The whole gang is nuts.

Silver Linings Playbook

An Illusion Review by Joan Ellis

            The comically dysfunctional family in “Silver Linings Playbook” has no villains, and that happy circumstance leaves us free to enjoy the dysfunction. Within seconds of the opening, we watch a determined mother retrieve her son Patrick from a psychiatric facility in Baltimore where he has been confined for treatment of his bi-polar extremes. She is taking him home where she knows he belongs. In this case, home is where the chaos is.
            The Solatano family is together again. Pat Sr. (Robert De Niro) is a bookmaker whose gambling obsession is the NFL. Dolores (Jacki Weaver) is the mom who knows, no matter what, what’s best for her son. Pat (Bradley Cooper) is a former teacher and husband who went ballistic when his wife cheated on him. That led to her restraining order and his incarceration. Pat, who has no idea how to filter what he says to others, believes that every “normal” person is suppressing problems while he is just being open about his own. But his swings from high to low and back again run to violence.
            Inevitably in this movie by the quirky and thoroughly gifted writer/director David O. Russell, Pat meets Tiffany (Jennifer Lawrence) who introduces herself as “A slut. I’ve slept with everyone in town.” “Everyone?” Pat asks. “Everyone,” she replies. And so the core of the movie is born: It’s Pat and Tiffany who understand each other intuitively through the fog of their own afflictions. They operate on some enviable plain of understanding that is nearly unintelligible to others. The others are simply invisible to them.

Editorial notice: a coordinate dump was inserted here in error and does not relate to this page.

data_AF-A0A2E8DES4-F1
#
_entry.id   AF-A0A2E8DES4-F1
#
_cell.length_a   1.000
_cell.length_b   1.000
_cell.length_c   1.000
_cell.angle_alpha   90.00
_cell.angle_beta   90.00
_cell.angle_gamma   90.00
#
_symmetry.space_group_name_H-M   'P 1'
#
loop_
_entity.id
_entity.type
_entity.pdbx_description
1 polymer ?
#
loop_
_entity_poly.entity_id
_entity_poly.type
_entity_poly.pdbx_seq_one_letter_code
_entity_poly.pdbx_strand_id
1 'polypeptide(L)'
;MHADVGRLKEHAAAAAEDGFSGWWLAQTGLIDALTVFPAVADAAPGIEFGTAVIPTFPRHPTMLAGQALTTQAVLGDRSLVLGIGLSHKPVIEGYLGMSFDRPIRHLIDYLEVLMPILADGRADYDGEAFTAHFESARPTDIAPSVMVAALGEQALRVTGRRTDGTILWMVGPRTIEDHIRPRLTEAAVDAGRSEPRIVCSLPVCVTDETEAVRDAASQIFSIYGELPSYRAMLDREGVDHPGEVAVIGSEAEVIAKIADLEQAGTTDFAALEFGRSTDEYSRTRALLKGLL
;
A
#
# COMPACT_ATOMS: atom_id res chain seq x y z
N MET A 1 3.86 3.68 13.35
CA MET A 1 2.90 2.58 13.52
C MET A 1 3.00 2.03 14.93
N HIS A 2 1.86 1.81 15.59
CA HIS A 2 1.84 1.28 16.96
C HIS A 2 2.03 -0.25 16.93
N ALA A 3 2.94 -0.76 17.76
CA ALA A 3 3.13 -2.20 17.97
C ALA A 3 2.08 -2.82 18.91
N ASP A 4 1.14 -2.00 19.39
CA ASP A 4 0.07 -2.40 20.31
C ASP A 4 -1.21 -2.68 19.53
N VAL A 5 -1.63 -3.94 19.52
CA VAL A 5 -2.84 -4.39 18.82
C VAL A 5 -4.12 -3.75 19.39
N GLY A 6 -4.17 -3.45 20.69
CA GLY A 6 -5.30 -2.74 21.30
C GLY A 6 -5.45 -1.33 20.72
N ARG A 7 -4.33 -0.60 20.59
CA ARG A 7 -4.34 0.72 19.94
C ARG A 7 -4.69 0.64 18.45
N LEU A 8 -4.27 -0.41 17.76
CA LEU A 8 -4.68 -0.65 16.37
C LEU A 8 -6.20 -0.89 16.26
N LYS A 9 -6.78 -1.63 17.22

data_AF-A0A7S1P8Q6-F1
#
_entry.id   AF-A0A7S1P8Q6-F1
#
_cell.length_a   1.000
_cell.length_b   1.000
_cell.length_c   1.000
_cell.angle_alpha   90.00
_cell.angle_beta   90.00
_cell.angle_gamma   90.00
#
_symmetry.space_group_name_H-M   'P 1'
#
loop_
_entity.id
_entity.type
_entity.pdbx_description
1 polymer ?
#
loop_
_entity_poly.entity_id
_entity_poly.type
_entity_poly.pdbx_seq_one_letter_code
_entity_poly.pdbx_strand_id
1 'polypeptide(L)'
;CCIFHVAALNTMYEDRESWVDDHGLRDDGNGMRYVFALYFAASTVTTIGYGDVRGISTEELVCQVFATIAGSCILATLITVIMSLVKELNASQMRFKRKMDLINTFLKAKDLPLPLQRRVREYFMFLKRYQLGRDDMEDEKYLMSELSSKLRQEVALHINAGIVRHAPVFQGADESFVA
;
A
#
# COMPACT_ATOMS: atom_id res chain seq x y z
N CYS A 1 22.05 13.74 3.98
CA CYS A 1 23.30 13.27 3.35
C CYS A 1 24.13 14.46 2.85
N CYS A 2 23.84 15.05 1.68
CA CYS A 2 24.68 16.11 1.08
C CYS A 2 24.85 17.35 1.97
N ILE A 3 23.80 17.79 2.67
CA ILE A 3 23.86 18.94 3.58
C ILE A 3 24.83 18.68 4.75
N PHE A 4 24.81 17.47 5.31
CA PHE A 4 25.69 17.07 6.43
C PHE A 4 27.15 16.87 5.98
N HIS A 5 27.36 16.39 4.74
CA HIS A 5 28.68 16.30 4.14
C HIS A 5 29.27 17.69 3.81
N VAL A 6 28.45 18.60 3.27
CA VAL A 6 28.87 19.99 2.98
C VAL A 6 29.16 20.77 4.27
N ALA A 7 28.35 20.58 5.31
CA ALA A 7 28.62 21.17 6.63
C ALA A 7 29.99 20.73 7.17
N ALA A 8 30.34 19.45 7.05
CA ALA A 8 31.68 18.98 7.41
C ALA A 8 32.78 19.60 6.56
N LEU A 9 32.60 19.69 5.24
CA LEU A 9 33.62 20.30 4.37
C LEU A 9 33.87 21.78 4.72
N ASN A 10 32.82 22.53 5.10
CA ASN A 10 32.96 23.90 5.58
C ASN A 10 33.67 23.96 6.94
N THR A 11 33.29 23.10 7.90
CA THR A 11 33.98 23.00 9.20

Pat is convinced he can win his wife back; Tiffany badly needs a partner for a project she has undertaken. They negotiate a deal in the odd world of their disorders and – well, we all know where this is going. Plot twists aren’t important here. The fun lies in the facial expressions and details delivered by a cast in perfect tune with the irony and dysfunction of who they are as individuals and as a family. The whole gang, each in his own way, is nuts.
            It’s settled truth immediately that Jennifer Lawrence and Bradley Cooper can and will carry the story with eccentric help from Robert De Niro’s failed and unfashionable bookkeeper. We smile at mom, Jackie Weaver, as she stays quiet except when her son’s welfare is threatened, and then, watch out. The movie builds to a resolution of considerable comic drama involving a Philadelphia Eagles game and a dance contest that demands comic input from the oddballs created by a group of actors skilled in wackiness.
            The takeaway from this movie will probably be that Bradley Cooper is morphing into an accomplished comedian and that Jennifer Lawrence can handle anything she’s asked to do. She’s a chameleon with a solid core of authenticity. “The Hunger Games” soared on her shoulders and whatever success “Silver Linings” has will be a result of her ability to be a lovable screwball.


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